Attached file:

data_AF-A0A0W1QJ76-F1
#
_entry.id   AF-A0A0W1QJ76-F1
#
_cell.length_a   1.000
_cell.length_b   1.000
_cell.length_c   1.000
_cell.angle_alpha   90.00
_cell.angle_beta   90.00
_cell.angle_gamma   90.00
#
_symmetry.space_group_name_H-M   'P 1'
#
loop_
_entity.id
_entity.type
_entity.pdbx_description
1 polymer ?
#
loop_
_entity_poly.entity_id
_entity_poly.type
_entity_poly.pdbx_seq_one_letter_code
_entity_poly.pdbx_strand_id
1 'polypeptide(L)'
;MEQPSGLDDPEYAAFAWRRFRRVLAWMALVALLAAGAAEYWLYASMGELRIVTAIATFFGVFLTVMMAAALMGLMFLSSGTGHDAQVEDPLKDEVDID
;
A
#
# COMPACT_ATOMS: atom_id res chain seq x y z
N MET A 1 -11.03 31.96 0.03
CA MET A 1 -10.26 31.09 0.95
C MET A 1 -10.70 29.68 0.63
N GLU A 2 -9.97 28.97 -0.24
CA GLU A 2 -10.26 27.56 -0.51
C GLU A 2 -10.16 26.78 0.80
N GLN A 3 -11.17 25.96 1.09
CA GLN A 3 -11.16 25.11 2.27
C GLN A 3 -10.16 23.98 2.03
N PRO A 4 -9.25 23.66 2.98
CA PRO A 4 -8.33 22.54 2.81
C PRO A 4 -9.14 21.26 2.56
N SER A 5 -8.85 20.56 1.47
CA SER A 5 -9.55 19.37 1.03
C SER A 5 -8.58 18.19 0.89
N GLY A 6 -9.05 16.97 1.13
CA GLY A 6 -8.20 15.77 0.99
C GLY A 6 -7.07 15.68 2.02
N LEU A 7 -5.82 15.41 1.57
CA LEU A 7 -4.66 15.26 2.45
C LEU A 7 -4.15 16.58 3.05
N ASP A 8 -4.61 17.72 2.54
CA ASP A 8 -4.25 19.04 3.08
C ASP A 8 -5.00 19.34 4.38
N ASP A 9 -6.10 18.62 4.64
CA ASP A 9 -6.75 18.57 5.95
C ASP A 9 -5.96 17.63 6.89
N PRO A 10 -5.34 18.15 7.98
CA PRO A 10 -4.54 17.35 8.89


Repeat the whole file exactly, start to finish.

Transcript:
data_AF-A0A0W1QJ76-F1
#
_entry.id   AF-A0A0W1QJ76-F1
#
_cell.length_a   1.000
_cell.length_b   1.000
_cell.length_c   1.000
_cell.angle_alpha   90.00
_cell.angle_beta   90.00
_cell.angle_gamma   90.00
#
_symmetry.space_group_name_H-M   'P 1'
#
loop_
_entity.id
_entity.type
_entity.pdbx_description
1 polymer ?
#
loop_
_entity_poly.entity_id
_entity_poly.type
_entity_poly.pdbx_seq_one_letter_code
_entity_poly.pdbx_strand_id
1 'polypeptide(L)'
;MEQPSGLDDPEYAAFAWRRFRRVLAWMALVALLAAGAAEYWLYASMGELRIVTAIATFFGVFLTVMMAAALMGLMFLSSGTGHDAQVEDPLKDEVDID
;
A
#
# COMPACT_ATOMS: atom_id res chain seq x y z
N MET A 1 -11.03 31.96 0.03
CA MET A 1 -10.26 31.09 0.95
C MET A 1 -10.70 29.68 0.63
N GLU A 2 -9.97 28.97 -0.24
CA GLU A 2 -10.26 27.56 -0.51
C GLU A 2 -10.16 26.78 0.80
N GLN A 3 -11.17 25.96 1.09
CA GLN A 3 -11.16 25.11 2.27
C GLN A 3 -10.16 23.98 2.03
N PRO A 4 -9.25 23.66 2.98
CA PRO A 4 -8.33 22.54 2.81
C PRO A 4 -9.14 21.26 2.56
N SER A 5 -8.85 20.56 1.47
CA SER A 5 -9.55 19.37 1.03
C SER A 5 -8.58 18.19 0.89
N GLY A 6 -9.05 16.97 1.13
CA GLY A 6 -8.20 15.77 0.99
C GLY A 6 -7.07 15.68 2.02
N LEU A 7 -5.82 15.41 1.57
CA LEU A 7 -4.66 15.26 2.45
C LEU A 7 -4.15 16.58 3.05
N ASP A 8 -4.61 17.72 2.54
CA ASP A 8 -4.25 19.04 3.08
C ASP A 8 -5.00 19.34 4.38
N ASP A 9 -6.10 18.62 4.64
CA ASP A 9 -6.75 18.57 5.95
C ASP A 9 -5.96 17.63 6.89
N PRO A 10 -5.34 18.15 7.98
CA PRO A 10 -4.54 17.35 8.89